With this we might think we have done it. But it is not. Unfortunately, with this version of WTForms if we dynamically hook validators, these remain available even after the destruction of the form; and reused in subsequent calls, despite having been created new instances. This behavior can expose us to intermittent malfunctions, the cause of which is difficult to identify [7].

So we have to take care of a proper clean-up. We can expand the above code as follows:

def select():
    ... <cut> ...

    form = forms.SelectForm()
    ... <cut> ...

    if request.method=='POST':
        time_range1 = forms.TimeRange(FIRST, LAST)  #+- initializing TimeRange validator for POST
        form.first.validators.append(time_range1)   #+- binding dynamically timerange validator to field first
        form.last.validators.append(time_range1)    #+- as above to field last

    if form.validate_on_submit():
        ... <cut> ...

        form.first.validators.remove(time_range1)  # we need to remove timerange validators to destroy them
        form.last.validators.remove(time_range1)   #    otherwise they will be reused in succedings calls

        return redirect(... <cut> ...)

    try:                                           # again: removing timerange validators. see previous comment
        if time_range1 in form.first.validators:
        if time_range1 in form.last.validators:

    ... <cut> ...
    return render_template(... <cut> ...)

The TimeRange validator

Just to complete the speech, below we report the essential to implement the TimeRange validator:

class TimeRange(object):
    ... <cut> ...
    def __init__(self, first=None, last=None, message=None):
        if not first:
            first =
        if not last:
            last =
        if not message:
            message = 'Field must be between {} and {}'.format(first.strftime('%Y-%m-%d'), last.strftime('%Y-%m-%d'))
        self.first = first
        self.last  = last
        self.message = message

    ... <cut> ...

    def __call__(self, form, field):
        fname = 'TimeRange().__call__'
        f = and<self.first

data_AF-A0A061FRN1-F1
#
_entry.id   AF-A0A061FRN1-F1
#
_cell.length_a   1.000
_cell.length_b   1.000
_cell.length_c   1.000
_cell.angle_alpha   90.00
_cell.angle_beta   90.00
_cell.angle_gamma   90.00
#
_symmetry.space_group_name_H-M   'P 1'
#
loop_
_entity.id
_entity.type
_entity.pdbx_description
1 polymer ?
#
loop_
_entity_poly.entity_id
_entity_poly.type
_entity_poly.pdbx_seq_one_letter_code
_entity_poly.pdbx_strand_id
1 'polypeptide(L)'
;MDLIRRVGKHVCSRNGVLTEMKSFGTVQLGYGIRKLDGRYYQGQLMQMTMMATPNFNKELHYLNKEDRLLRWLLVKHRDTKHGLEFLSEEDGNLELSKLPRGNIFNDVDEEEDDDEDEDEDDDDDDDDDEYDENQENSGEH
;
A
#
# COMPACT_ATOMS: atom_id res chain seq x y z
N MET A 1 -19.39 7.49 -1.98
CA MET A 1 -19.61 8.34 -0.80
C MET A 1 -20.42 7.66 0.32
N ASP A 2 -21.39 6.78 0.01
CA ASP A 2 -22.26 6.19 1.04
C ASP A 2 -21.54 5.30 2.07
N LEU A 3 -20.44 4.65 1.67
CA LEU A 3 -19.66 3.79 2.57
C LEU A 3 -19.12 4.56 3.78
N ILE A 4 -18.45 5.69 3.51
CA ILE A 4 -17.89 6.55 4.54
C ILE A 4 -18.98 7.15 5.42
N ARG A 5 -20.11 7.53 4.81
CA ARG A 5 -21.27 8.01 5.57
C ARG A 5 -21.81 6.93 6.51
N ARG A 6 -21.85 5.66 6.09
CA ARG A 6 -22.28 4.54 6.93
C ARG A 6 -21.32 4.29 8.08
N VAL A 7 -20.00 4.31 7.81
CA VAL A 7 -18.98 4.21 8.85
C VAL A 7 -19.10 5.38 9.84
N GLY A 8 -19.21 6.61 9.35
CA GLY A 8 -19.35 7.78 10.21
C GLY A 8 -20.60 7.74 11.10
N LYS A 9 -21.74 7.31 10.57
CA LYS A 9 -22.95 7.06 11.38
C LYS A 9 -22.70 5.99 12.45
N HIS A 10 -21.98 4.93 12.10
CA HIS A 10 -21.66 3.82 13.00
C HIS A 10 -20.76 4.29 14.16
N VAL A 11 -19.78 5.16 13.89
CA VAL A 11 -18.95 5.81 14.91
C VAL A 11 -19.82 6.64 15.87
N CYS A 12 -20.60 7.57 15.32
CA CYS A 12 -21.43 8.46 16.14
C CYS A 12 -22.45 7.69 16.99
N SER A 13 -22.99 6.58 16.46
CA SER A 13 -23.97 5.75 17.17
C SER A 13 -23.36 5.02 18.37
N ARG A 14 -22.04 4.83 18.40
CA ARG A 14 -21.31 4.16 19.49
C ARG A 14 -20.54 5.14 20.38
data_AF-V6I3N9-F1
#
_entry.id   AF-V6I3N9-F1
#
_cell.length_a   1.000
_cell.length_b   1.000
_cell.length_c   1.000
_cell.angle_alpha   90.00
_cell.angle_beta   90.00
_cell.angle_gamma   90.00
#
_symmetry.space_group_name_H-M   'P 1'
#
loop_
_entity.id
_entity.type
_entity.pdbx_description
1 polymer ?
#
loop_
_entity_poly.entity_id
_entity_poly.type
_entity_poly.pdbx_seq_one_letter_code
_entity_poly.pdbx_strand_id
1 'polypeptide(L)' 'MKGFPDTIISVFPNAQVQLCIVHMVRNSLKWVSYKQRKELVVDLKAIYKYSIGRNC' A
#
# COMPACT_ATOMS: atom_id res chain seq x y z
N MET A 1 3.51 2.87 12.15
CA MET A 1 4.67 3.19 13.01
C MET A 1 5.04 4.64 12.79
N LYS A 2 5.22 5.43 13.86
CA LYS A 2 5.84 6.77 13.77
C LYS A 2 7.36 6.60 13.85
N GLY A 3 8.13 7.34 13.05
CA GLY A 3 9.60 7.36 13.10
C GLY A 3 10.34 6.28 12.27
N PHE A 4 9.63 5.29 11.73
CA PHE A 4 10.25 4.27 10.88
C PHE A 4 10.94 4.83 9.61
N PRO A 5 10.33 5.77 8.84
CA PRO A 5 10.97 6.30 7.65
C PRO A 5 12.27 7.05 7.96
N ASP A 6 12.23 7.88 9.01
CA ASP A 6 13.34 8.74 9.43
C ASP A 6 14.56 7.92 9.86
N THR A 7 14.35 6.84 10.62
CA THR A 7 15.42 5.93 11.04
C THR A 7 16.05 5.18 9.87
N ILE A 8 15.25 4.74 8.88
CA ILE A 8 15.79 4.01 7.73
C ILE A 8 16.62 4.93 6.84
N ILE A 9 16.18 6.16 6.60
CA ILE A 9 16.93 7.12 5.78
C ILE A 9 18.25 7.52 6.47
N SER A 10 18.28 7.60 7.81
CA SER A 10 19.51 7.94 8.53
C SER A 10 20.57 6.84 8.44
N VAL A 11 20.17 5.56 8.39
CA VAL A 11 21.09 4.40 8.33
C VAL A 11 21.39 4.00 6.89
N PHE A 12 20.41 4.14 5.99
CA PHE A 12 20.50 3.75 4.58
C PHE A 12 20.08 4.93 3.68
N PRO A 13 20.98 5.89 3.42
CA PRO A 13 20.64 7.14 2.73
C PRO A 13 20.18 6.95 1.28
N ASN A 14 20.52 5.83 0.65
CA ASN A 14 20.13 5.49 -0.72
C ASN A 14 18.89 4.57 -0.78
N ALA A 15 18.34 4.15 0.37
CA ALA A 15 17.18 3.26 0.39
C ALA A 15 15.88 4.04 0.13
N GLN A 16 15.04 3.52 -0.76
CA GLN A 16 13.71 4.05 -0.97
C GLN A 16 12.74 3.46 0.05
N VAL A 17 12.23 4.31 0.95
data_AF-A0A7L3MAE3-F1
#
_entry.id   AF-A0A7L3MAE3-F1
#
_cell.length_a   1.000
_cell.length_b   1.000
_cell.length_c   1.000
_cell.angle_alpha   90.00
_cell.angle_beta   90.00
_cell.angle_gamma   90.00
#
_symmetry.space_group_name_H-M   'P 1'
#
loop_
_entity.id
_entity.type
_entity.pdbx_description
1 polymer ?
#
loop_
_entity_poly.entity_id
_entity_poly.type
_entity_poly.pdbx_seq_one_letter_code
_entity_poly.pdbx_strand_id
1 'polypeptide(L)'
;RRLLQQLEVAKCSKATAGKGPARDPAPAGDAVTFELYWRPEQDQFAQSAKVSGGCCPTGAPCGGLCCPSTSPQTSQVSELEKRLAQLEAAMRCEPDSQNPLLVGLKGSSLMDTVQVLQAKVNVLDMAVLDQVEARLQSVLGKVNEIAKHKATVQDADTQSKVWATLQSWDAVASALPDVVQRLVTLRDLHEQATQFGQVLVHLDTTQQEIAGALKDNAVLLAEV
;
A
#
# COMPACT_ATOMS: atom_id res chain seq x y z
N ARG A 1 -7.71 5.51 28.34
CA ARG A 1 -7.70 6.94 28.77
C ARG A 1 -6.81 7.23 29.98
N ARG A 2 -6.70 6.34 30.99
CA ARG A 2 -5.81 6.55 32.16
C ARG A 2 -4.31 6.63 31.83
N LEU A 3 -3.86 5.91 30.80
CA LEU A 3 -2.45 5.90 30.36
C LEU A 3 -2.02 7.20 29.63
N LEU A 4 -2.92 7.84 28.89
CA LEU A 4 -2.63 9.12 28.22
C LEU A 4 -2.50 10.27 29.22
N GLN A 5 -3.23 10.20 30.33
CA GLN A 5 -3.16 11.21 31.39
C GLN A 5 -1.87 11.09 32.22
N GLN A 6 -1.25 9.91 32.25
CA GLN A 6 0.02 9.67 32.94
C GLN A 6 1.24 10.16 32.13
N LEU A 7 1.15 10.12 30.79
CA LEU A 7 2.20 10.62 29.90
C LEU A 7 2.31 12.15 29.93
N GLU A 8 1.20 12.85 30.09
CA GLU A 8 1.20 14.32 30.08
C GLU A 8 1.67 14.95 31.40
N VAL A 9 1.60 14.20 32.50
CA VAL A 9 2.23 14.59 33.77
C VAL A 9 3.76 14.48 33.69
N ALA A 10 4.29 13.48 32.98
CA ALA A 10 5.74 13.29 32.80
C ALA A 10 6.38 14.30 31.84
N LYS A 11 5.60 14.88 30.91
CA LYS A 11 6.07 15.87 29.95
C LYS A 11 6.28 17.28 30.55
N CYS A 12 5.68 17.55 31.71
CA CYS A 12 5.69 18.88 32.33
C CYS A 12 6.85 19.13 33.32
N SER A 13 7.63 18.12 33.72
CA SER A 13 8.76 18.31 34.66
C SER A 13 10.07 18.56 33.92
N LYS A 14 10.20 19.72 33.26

l = and>self.last
        if f or l:
            raise ValidationError(self.message)


To implement a dynamic custom validator to use with WTForms is an affordable task. But it is necessary pay attention to instance management. Activity that usually in Python is neglected, thanks to the excellent functioning of garbage collector which usually relieves the programmer of this burden.

Enjoy. ldfa

[1]The complete code of this project is readable at thi GitHub address.

There are two (three) different ways of doing these checks. We can

  • check in the WEB browser, before sending the data to the server; it is the most user-responsive way, but it must be implemented with javascipts present in the form, which weigh up it a little (I am referring to the size of the HTML page transmitted);
  • check in the WEB server when arrive the user choices, made in the WEB browser; a less responsive method, but the HTML pages are smaller, and we're safe even in case any malicious people modify the data transmitted from the WEB browser to the server.

The third way is a hybrid of the above: AJAX; it consists of javascripts that send a single selection to the server at a time; and server responds on the fly and selectively, i.e. does not send the whole page, but only updating of the field being manipulated.

However, this method does not exempt us from carrying out checks on the WEB server when the entire page is sent at the conclusion of the choices made by the user. Because there is always the possibility that "someone" modifies the data transmitted by the WEB browser to the server.

[3]Time interval of available data is written in the 4th paragraph of the presentation page of the section.
[4]Security because these fields can be maliciously used to launch attacks on the application. Hence the importance to control their content.

At least: the writer was unable to identify these values in the module because from inside it cannot import See the project for related details.

Now it occurs to me that I could have moved the form definition from the module to the module, which hosts the application logic. Does this seem to you an elegant solution? I do not like it: it takes us towards a monolithic code.

[6]We will have to check the user's choices, so we load the validator after the choices have been made: i.e. when we receive them with a POST.
[7]We speak by direct experience. The #2 malfunction of this project took us a lot of effort. We thought we solved it at least three times, to see it reappear the day after the last fix. To understand what was happening we had to log in allocation addresses of instances to observe their use by the application.